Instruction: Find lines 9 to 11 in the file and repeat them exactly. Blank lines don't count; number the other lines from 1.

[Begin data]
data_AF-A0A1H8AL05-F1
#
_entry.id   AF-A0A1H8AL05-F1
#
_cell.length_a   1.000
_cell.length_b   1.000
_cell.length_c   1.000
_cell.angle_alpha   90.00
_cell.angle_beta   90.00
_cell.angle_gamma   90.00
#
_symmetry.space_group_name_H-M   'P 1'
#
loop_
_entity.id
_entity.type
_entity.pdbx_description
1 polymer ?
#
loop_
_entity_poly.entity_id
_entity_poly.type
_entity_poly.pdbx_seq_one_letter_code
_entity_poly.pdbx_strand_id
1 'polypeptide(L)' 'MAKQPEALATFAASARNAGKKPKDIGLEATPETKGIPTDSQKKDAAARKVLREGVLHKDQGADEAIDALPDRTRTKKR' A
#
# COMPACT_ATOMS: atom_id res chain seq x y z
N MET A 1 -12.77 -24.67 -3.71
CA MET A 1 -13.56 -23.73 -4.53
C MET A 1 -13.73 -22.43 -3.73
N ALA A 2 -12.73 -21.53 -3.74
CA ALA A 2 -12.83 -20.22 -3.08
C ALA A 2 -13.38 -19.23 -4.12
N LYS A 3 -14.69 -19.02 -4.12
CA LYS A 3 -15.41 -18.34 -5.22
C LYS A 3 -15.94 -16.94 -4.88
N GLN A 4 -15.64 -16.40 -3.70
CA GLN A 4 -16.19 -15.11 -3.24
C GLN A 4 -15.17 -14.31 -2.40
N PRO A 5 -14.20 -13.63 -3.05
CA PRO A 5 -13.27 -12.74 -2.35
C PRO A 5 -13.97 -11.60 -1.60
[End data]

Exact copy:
_cell.angle_beta   90.00
_cell.angle_gamma   90.00
#